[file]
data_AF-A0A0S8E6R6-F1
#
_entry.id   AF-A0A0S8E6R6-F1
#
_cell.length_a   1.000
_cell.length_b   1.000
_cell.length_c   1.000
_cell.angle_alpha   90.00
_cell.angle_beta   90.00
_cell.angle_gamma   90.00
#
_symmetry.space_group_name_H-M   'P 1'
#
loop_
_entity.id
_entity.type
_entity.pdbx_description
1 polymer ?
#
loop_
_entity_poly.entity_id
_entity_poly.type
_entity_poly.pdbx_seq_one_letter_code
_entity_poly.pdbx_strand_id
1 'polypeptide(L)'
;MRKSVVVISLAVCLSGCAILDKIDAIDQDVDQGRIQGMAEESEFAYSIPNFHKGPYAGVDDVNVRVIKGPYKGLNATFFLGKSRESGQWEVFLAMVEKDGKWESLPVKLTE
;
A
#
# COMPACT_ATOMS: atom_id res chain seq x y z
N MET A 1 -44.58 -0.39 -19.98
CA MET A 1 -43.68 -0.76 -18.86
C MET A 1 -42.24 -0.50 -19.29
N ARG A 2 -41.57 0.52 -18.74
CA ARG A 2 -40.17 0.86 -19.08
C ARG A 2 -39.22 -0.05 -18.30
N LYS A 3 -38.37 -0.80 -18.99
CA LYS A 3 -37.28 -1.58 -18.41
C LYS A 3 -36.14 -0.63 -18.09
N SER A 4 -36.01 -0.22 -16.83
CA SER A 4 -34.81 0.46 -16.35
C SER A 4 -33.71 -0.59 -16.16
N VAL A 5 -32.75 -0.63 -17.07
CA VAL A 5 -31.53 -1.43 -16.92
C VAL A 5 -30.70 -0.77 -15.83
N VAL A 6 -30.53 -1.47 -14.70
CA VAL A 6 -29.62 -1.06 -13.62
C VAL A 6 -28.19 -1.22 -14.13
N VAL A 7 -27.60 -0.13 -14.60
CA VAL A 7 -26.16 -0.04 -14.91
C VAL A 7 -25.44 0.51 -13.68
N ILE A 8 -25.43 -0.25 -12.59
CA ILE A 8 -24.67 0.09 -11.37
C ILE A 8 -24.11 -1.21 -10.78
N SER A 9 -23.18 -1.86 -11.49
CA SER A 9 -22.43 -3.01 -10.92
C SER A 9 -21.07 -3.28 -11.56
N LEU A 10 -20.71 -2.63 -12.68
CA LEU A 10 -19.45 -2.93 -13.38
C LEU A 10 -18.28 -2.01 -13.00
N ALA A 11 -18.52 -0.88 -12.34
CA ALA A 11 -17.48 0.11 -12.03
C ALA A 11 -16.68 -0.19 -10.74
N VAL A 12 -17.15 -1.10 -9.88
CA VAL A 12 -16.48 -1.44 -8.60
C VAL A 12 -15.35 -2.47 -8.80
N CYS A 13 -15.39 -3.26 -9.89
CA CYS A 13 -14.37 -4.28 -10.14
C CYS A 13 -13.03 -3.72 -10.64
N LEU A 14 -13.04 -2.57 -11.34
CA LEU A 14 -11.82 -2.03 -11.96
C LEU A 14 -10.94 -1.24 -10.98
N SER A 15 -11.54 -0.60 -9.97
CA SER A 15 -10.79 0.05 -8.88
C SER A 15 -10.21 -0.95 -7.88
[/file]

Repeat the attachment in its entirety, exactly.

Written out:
data_AF-A0A0S8E6R6-F1
#
_entry.id   AF-A0A0S8E6R6-F1
#
_cell.length_a   1.000
_cell.length_b   1.000
_cell.length_c   1.000
_cell.angle_alpha   90.00
_cell.angle_beta   90.00
_cell.angle_gamma   90.00
#
_symmetry.space_group_name_H-M   'P 1'
#
loop_
_entity.id
_entity.type
_entity.pdbx_description
1 polymer ?
#
loop_
_entity_poly.entity_id
_entity_poly.type
_entity_poly.pdbx_seq_one_letter_code
_entity_poly.pdbx_strand_id
1 'polypeptide(L)'
;MRKSVVVISLAVCLSGCAILDKIDAIDQDVDQGRIQGMAEESEFAYSIPNFHKGPYAGVDDVNVRVIKGPYKGLNATFFLGKSRESGQWEVFLAMVEKDGKWESLPVKLTE
;
A
#
# COMPACT_ATOMS: atom_id res chain seq x y z
N MET A 1 -44.58 -0.39 -19.98
CA MET A 1 -43.68 -0.76 -18.86
C MET A 1 -42.24 -0.50 -19.29
N ARG A 2 -41.57 0.52 -18.74
CA ARG A 2 -40.17 0.86 -19.08
C ARG A 2 -39.22 -0.05 -18.30
N LYS A 3 -38.37 -0.80 -18.99
CA LYS A 3 -37.28 -1.58 -18.41
C LYS A 3 -36.14 -0.63 -18.09
N SER A 4 -36.01 -0.22 -16.83
CA SER A 4 -34.81 0.46 -16.35
C SER A 4 -33.71 -0.59 -16.16
N VAL A 5 -32.75 -0.63 -17.07
CA VAL A 5 -31.53 -1.43 -16.92
C VAL A 5 -30.70 -0.77 -15.83
N VAL A 6 -30.53 -1.47 -14.70
CA VAL A 6 -29.62 -1.06 -13.62
C VAL A 6 -28.19 -1.22 -14.13
N VAL A 7 -27.60 -0.13 -14.60
CA VAL A 7 -26.16 -0.04 -14.91
C VAL A 7 -25.44 0.51 -13.68
N ILE A 8 -25.43 -0.25 -12.59
CA ILE A 8 -24.67 0.09 -11.37
C ILE A 8 -24.11 -1.21 -10.78
N SER A 9 -23.18 -1.86 -11.49
CA SER A 9 -22.43 -3.01 -10.92
C SER A 9 -21.07 -3.28 -11.56
N LEU A 10 -20.71 -2.63 -12.68
CA LEU A 10 -19.45 -2.93 -13.38
C LEU A 10 -18.28 -2.01 -13.00
N ALA A 11 -18.52 -0.88 -12.34
CA ALA A 11 -17.48 0.11 -12.03
C ALA A 11 -16.68 -0.19 -10.74
N VAL A 12 -17.15 -1.10 -9.88
CA VAL A 12 -16.48 -1.44 -8.60
C VAL A 12 -15.35 -2.47 -8.80
N CYS A 13 -15.39 -3.26 -9.89
CA CYS A 13 -14.37 -4.28 -10.14
C CYS A 13 -13.03 -3.72 -10.64
N LEU A 14 -13.04 -2.57 -11.34
CA LEU A 14 -11.82 -2.03 -11.96
C LEU A 14 -10.94 -1.24 -10.98
N SER A 15 -11.54 -0.60 -9.97
CA SER A 15 -10.79 0.05 -8.88
C SER A 15 -10.21 -0.95 -7.88